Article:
If your shotgun, choke and load combination is unproven or suspect, tape a piece of freezer paper to a box then draw a 3-inch circle inside a 10-inch circle in black marker. (The 3-inch circle replicates a turkey’s head.) Better yet, get a turkey head target from Caldwell. Step off 40 yards, take a steady rest and let her rip. Then count the pellet holes in the 3-inch circle.
5 pellets or less: You call that a turkey gun? Either you are such a turkey master that you shoot a .410-bore and rely on your hen-like mannerisms, or you need to break down and buy a new shotgun because the one you have sucks eggs. Any full-choked 12-gauge with a modern shell should put more than five pellets in a turkey’s head at 40 yards. If the gun is sentimental and you refuse to use anything but it and your old paper-hulled shells, fine, Havilah Babcock, but you better not shoot till you see the hair on his snood. The cheapest remedy is to experiment with various loads. If you are using No. 4, try a 6. If neither covers your target with glory, try 5’s. Try various brands, as some guns’ bore dimensions seem to prefer some wads over others. I’ve had great luck with the Flite Control wad in some Federal Premium loads. It stays with the pellets longer, therefore keeping them together better. Hornady uses the same wad, only called Versatite. Hevi-Shot generally patterns well. And new tungsten-based pellets like Winchester Hi-Density or Federal Heavyweight actually allow you to use a smaller pellet that weighs the same as a larger one, allowing more pellets to strike the target without sacrificing individual pellet energy. The only bad thing is that it would be cheaper to simply buy a Butterball from Safeway.
If changing loads doesn’t work, buy an aftermarket choke tube from Carlson’s, Trulock, Tru-Glo, Primos or others. Many shotgun manufacturers make extra-full chokes. Standard full choke for a 12-gauge is about .693 inch, while some “turkey” chokes are as tight as .665 inch. Just know that it’s not as easy as simply finding a tight choke that will fit your gun’s threads. Again, some barrel/load combinations prefer certain chokes, so it’s a crapshoot whether a new choke tube will dramatically affect your pattern. Likely it will be better than five measly pellets. At any rate, install it then try various loads again. Trial and error is the key.
6-11 pellets: “Congratulations, you are adequate.” Said no Olympic judge ever. Your gun will kill any turkey on Earth at 40 yards if you aim it in the right place, but typically the pattern will be spotty and will quickly become marginal past 40. Experiment with various loads. Consider a 31/2-inch shell if you are shooting a 23/4- or 3-inch, because despite what sissies say, the more pellets that leave the barrel the more potential there is to place more pellets in a gobbler’s grill. In general, lower velocity shells pattern better than high velocity. Lastly, if after several shots you notice the pattern is actually denser in other places than the 3-inch circle, try buying sights or mounting a scope on your shotgun. I know it sounds blasphemous, but your problem may not be in patterning but in point-of-aim/point-of-impact issues. If an optic doesn’t work, try the aforementioned remedies. If you’re happily married to mediocrity, just keep it inside 40 yards, mister.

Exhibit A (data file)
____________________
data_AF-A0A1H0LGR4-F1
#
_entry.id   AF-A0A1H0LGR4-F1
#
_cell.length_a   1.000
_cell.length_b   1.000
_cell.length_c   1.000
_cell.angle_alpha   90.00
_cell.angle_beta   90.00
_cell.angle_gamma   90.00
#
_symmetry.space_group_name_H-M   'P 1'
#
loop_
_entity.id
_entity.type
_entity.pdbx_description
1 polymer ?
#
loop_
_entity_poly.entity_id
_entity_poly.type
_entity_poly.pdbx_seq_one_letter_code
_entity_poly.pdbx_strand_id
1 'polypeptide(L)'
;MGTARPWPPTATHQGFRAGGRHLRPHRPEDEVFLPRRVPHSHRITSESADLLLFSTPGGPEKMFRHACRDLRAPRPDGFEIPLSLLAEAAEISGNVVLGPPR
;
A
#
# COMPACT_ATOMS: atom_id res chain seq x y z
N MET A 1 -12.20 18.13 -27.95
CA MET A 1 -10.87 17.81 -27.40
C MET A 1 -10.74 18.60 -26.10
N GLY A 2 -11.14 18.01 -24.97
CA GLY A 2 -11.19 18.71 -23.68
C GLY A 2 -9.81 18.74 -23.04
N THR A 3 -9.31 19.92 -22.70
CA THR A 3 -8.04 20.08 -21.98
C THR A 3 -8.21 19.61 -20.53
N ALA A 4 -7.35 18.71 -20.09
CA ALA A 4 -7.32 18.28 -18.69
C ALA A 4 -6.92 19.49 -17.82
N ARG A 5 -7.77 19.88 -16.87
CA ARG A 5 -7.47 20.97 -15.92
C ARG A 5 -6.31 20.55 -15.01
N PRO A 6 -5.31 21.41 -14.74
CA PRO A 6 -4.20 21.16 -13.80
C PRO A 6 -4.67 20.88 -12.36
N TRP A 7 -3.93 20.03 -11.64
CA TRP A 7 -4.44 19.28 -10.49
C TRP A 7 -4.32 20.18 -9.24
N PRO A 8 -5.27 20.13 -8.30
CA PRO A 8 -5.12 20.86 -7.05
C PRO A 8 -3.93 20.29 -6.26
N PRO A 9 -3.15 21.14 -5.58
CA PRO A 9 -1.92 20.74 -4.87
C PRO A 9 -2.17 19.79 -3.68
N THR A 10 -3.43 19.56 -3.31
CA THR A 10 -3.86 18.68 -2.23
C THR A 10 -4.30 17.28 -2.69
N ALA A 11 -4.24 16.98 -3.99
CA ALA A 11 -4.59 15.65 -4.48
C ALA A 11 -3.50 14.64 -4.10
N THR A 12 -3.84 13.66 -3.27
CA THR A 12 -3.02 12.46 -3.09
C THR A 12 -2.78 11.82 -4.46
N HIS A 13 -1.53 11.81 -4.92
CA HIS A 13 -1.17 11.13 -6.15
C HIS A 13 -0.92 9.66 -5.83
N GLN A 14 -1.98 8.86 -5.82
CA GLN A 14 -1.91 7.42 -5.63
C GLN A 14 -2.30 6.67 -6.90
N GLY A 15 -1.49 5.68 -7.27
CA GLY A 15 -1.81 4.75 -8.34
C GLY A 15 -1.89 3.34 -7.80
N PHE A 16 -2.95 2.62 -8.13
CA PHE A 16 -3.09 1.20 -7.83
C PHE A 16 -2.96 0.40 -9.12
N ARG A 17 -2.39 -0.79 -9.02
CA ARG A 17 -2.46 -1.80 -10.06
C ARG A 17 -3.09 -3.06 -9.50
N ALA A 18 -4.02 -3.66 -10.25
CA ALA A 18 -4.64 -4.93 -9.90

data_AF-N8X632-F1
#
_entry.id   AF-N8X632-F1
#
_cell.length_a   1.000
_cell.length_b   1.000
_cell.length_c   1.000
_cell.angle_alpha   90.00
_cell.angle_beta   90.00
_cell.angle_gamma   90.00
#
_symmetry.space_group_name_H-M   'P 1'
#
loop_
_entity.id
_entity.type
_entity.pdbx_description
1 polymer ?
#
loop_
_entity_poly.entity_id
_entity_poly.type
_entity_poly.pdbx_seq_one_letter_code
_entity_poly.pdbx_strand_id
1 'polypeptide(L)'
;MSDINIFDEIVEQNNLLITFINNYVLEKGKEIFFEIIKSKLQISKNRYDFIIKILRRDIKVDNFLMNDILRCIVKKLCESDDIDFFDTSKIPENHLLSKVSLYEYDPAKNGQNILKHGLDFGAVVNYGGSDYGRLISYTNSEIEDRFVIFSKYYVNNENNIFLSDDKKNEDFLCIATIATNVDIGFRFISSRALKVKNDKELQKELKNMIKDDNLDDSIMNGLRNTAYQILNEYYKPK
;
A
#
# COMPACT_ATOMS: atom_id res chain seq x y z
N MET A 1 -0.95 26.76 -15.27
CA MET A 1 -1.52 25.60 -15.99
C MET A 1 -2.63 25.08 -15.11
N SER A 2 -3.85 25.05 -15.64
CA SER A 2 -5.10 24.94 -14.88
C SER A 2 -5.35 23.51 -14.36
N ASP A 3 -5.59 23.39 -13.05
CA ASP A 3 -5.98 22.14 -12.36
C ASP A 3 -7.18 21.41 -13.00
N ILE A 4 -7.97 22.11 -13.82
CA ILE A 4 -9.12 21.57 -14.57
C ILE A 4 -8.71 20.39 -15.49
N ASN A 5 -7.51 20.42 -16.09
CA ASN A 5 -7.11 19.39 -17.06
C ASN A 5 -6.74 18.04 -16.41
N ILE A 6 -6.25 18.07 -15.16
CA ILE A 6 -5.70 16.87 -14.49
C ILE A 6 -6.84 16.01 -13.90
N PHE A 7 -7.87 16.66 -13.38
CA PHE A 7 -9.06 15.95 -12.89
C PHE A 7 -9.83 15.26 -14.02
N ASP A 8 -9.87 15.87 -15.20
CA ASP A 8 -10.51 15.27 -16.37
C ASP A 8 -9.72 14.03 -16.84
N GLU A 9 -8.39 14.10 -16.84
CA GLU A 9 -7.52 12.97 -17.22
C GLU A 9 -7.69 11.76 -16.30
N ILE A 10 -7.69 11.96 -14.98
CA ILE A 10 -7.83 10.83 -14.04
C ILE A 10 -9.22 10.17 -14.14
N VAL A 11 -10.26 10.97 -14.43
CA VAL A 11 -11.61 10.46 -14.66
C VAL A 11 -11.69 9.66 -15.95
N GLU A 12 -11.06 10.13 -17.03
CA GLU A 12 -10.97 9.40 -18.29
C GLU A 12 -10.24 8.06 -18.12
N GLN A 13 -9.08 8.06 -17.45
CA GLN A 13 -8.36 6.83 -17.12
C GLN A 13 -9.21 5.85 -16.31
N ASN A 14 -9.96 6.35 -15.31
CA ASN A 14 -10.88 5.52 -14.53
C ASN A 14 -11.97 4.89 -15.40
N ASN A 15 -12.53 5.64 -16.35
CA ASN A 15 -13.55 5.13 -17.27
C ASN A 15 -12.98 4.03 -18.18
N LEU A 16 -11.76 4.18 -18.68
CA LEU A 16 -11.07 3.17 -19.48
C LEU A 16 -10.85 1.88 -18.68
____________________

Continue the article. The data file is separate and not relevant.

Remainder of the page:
12-24 pellets: Bona fide turkey gun Don’t do anything to this rig other than place it high on the mantel to keep your kids’ grubby hooks off it. Buy a bunch of the shells that produced these rich patterns, because you never know when an ammo company will discontinue that particular load for something “new and improved.” You don’t need any better; what you need is more time to hunt turkeys. If you are a perfectionist who wants to win the world turkey shoot championship, the best option is to give it to a shotgun choke specialist and have him back-bore it, put a scope on it and then handload shells, because as the beer commercial goes, “It doesn’t get much better than this, boys.” So save your money to buy something nice, like a guest house for your mother-in-law.
25 pellets or more: Turkey Shoot Gold This gun practically sends each pellet through a turnstile before letting it loose. It’s a rifle in a shotgun’s physique. It’s a rig fit for a turkey shoot. After you shoot a turkey at 65 yards and drop it like the “Huffington Post,” go ahead and enter the National Wild Turkey Federation’s Still Target Championship, which awards shooters for the tightest turkey load patterns. While the record is 54, generally a pellet count in the low 30s wins it. But I caution against hunting with patterns that are too tight. It’s like the championship duck caller who can’t call real ducks: A real turkey bobs and weaves like Muhammad Ali in his heyday, and therefore a pattern that’s too tight can result in misses if the shooter isn’t perfect with his placement. Turkey Shoot Gold patterns look good on paper, but they can appear rather thin as your hard-won gobbler is running away from your hot skillet.